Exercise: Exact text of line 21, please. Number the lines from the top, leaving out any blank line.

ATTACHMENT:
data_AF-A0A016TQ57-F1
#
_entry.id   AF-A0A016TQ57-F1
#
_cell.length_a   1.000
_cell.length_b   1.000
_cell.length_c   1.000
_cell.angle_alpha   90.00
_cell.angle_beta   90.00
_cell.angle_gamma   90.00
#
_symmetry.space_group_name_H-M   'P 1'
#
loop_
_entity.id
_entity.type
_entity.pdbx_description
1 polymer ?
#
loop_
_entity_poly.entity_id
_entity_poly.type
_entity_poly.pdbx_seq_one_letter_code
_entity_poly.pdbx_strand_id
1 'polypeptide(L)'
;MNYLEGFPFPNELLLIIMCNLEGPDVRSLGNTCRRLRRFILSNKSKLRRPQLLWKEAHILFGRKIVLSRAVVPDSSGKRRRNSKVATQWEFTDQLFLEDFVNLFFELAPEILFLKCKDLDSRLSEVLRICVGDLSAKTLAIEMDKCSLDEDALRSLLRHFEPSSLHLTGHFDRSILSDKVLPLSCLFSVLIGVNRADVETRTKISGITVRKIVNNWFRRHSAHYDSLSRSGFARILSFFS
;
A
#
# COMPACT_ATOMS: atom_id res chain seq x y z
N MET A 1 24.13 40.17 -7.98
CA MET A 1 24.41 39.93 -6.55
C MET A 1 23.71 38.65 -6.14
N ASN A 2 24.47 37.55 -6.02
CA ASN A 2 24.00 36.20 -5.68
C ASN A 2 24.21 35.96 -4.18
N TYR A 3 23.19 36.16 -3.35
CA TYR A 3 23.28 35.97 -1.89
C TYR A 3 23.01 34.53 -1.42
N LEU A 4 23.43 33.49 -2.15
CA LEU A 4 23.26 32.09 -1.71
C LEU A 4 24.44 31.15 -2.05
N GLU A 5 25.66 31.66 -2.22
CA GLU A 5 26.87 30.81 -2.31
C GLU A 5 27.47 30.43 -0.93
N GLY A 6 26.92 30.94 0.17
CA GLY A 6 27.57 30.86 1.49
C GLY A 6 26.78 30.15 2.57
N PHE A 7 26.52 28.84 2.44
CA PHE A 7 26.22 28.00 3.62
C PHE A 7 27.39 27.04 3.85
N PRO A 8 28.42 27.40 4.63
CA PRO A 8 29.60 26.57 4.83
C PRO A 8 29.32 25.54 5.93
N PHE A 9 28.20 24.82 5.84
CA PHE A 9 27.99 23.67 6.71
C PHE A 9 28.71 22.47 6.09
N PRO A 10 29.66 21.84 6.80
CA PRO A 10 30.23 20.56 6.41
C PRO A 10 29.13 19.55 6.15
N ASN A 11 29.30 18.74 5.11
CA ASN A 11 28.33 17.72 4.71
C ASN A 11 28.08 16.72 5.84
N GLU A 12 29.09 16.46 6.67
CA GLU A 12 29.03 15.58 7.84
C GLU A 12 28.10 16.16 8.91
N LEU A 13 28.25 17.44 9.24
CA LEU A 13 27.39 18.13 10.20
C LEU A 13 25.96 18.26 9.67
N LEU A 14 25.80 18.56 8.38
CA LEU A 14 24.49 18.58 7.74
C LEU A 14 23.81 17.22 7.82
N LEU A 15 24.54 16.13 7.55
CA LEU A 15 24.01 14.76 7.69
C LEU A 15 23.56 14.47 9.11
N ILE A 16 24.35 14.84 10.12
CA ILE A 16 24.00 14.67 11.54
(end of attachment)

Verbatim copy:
_entity_poly.entity_id